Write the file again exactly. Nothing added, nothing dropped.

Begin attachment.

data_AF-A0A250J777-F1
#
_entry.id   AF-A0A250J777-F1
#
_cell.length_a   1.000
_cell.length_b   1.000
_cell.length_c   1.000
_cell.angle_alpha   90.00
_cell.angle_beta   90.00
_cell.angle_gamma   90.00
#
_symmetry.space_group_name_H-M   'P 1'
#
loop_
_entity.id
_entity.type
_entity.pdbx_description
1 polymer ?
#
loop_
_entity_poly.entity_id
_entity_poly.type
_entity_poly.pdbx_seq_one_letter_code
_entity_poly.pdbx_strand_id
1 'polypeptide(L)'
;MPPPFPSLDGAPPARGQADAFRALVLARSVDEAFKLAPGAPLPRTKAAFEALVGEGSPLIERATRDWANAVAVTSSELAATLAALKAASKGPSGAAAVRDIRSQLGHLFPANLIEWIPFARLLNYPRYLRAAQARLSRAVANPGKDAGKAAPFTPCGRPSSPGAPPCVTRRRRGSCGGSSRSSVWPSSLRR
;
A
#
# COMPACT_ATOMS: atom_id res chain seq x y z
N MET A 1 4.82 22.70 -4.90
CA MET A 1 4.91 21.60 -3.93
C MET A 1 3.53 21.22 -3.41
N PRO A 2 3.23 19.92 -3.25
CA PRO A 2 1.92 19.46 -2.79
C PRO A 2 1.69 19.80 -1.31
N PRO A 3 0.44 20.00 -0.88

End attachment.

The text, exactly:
data_AF-A0A250J777-F1
#
_entry.id   AF-A0A250J777-F1
#
_cell.length_a   1.000
_cell.length_b   1.000
_cell.length_c   1.000
_cell.angle_alpha   90.00
_cell.angle_beta   90.00
_cell.angle_gamma   90.00
#
_symmetry.space_group_name_H-M   'P 1'
#
loop_
_entity.id
_entity.type
_entity.pdbx_description
1 polymer ?
#
loop_
_entity_poly.entity_id
_entity_poly.type
_entity_poly.pdbx_seq_one_letter_code
_entity_poly.pdbx_strand_id
1 'polypeptide(L)'
;MPPPFPSLDGAPPARGQADAFRALVLARSVDEAFKLAPGAPLPRTKAAFEALVGEGSPLIERATRDWANAVAVTSSELAATLAALKAASKGPSGAAAVRDIRSQLGHLFPANLIEWIPFARLLNYPRYLRAAQARLSRAVANPGKDAGKAAPFTPCGRPSSPGAPPCVTRRRRGSCGGSSRSSVWPSSLRR
;
A
#
# COMPACT_ATOMS: atom_id res chain seq x y z
N MET A 1 4.82 22.70 -4.90
CA MET A 1 4.91 21.60 -3.93
C MET A 1 3.53 21.22 -3.41
N PRO A 2 3.23 19.92 -3.25
CA PRO A 2 1.92 19.46 -2.79
C PRO A 2 1.69 19.80 -1.31
N PRO A 3 0.44 20.00 -0.88